You can imagine my excitement when book awards are announced each year.  Most of them are "musts" to add to my library.  For those of you who are as obsessed as I am, I have gathered all the award winners for you to see in one place.  Enjoy!

Laura Ingalls Wilder Award

2015 Caldecott Medal

Schneider Family Book Award, Ages 11-13
2015 Theodor Geisel Award

2015 Newbery Medal Winner
2015 Coretta Scott King Honor Award Winner

National Book Award Winner
Schneider Family Book Award, Ages 0 - 10

2015 Pura Belpre Author Award 

The Andrew Carnegie Medal

Thursday, July 16, 2015

Day 3 - Classroom Tips from Vegas

It's Day 3 of Classroom Tips from Vegas. In case you missed it, I just returned from and education conference in Las Vegas where I met some awesome teachers.   I am excited to share with you what I learned from them!

Day 3 - Jen from Hello Mrs. Sykes

Hello Mrs. Sykes

Jen was one of my favorite teachers I met in Vegas.  She is so down-to-earth and "real" that I can only imagine how awesome it must be to be a student in her classroom.  Reading through her blog is like opening a treasure chest of literacy loot.  Where do I start?

Jen has created an engaging way to introduce vocabulary to your students every day, called Mystery Word of the Week.  It is a strategy that she has created to encourage students to discuss words, their meanings, and share their reasoning.  

Each day, the students receive a clue to the mystery word.  

Day 1 - first letter, number of letters, and part of speech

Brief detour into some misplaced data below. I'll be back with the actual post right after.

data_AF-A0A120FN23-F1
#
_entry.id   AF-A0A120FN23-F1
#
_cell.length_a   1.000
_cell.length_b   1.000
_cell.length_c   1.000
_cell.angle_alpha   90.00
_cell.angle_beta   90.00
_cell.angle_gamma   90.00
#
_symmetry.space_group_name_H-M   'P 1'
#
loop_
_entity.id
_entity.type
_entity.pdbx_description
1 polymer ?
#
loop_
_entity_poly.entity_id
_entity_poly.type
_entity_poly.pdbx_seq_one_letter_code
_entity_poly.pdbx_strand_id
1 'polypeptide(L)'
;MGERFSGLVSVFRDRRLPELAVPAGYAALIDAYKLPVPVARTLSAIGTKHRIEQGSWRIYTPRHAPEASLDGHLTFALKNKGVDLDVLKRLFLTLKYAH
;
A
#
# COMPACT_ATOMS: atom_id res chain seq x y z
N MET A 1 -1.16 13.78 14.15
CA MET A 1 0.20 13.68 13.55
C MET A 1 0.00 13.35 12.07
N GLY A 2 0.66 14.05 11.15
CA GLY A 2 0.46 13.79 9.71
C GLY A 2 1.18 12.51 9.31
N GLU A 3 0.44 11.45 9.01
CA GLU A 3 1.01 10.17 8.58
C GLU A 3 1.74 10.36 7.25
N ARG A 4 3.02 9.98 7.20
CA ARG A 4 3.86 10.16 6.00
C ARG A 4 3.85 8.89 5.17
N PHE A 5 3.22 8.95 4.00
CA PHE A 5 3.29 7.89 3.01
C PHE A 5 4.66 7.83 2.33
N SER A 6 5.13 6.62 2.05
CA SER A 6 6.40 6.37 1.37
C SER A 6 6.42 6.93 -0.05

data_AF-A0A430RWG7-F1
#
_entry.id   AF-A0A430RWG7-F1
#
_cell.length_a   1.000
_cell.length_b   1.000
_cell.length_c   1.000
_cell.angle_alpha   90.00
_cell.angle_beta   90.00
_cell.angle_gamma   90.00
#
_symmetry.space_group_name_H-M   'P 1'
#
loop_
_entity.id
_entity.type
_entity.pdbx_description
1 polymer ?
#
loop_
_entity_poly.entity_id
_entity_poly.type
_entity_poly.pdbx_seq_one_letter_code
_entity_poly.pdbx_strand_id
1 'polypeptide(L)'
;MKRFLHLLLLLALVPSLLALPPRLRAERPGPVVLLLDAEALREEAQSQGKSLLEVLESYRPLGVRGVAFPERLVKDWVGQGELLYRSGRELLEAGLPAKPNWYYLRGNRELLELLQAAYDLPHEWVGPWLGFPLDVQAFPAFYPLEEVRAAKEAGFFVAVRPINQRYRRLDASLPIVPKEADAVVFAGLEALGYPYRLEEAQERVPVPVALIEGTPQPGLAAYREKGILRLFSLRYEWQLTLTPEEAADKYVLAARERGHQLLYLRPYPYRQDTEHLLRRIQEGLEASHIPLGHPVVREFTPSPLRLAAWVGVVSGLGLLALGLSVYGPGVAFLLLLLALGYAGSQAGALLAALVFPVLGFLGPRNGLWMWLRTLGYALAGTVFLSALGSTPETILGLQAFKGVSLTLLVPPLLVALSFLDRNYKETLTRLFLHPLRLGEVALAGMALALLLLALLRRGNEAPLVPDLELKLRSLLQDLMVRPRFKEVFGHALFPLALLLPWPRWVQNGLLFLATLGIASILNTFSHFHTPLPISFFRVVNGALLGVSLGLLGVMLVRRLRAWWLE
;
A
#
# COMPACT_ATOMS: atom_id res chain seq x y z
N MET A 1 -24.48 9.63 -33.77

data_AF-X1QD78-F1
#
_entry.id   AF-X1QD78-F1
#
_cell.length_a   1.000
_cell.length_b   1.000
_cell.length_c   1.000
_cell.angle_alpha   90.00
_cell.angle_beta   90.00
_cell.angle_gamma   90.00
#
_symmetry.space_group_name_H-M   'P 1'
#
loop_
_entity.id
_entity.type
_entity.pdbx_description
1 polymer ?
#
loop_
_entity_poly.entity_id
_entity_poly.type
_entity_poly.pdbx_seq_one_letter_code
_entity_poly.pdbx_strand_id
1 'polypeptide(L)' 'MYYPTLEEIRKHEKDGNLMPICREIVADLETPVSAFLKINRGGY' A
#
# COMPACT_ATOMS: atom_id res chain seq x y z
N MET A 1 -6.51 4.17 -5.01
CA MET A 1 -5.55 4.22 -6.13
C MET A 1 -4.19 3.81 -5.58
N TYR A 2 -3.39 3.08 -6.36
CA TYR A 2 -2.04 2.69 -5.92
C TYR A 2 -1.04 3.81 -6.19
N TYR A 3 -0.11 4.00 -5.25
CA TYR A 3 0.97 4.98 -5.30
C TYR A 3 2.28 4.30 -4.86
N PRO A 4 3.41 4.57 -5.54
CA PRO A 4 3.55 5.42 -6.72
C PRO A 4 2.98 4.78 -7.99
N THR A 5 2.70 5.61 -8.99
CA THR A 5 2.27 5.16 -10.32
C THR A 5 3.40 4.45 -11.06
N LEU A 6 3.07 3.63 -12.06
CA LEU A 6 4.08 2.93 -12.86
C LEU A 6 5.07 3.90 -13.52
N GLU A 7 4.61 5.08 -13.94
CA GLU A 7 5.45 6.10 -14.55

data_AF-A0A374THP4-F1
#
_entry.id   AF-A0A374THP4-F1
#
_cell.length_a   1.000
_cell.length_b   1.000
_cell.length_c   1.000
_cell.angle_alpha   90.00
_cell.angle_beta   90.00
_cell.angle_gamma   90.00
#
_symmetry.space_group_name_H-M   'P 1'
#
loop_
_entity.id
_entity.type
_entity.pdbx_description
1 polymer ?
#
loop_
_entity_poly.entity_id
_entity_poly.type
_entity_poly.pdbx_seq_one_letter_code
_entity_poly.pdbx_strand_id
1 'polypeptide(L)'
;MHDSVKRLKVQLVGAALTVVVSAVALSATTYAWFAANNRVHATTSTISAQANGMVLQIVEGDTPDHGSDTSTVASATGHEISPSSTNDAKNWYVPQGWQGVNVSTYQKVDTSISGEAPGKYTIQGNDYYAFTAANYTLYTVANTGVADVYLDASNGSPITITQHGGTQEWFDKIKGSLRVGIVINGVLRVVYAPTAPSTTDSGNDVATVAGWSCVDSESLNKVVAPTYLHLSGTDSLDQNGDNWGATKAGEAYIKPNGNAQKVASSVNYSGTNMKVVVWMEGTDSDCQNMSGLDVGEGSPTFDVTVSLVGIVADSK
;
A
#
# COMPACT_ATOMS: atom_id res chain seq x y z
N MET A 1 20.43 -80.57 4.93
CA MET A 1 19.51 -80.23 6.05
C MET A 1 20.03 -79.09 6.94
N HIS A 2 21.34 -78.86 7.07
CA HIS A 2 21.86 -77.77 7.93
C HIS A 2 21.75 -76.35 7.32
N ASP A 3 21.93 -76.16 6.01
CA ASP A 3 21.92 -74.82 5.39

Day 2 - synonyms
Day 3 - antonyms 
Day 4 - context sentence
Day 5 - The Reveal! including the definition and a context sentence.

How brilliant is that?   Let's try one of Jen's examples:

Day 1 - i _ _ _ _ _ _ _, adjective
Day 2 - bright, radiant, lustrous
Day 3 - dull, lackluster
Day 4 - The campers moved swiftly through the darkness, guided 
             _________ glow of their lanterns.
Day 5 - luminous: glowing or reflecting light; radiant
             The luminous full moon was clearly reflected in the water. 

Vocabulary is so important.  I love how this strategy shows students the different ways to find the meaning of a word.  

Visit Jen's blog learn more about literacy strategies in your classroom!

Tuesday, July 14, 2015

Day 2 - Classroom Tips from Vegas!

Thank you for joining me for Day 2 of Classroom Tips from Vegas. In case you missed it, I just returned from and education conference in Las Vegas where I met some awesome teachers.   I am excited to share with you what I learned from them!

Day 2 - Kathy from Tried and True Teaching


This is the second year in a row that I got to spend some time with my sweet, California teacher-friend, Kathy.  She recently wrote a blog post about why it is important to integrate art into your lessons.  Consider this quote from the Kennedy Center's Arts Edge online resource center.  

It seems as though art integration is being abandoned earlier and earlier in a child's education.  Yet there are sound reasons that explain why we shouldn't do this.  

Kathy states "that, as teachers, we are always pressed for time (there's never enough), but planning integrated learning experiences that generate meaningful, in-depth creative projects for our students is so worth it.  To see the connections they make while engaged in the process validates the importance of life-long learning. Life is not lived in a bubble, and the arts should not be taught as such. Our students need to be given the opportunity to discover their own "elegant fits" across disciplines, and I believe this is possible through the arts integrations". 

Check out Kathy's post for more in-depth information about art integration.  There is also a Part 2 post which shows Art Integration in action

Don't forget to join me for Day 3 - Classroom Tips from Vegas tomorrow!

Monday, July 13, 2015

Day 1 - Classroom Tips from Vegas!

I just got back from attending an education conference in exciting Las Vegas!  I couldn't get to my computer fast enough to share with you some awesome tips for your classroom I discovered while talking to other teachers while I was there.  I will be sharing them for the next few here on my blog.

Day 1  - Tips from Karen from Cool School with Karen

Cool School with Karen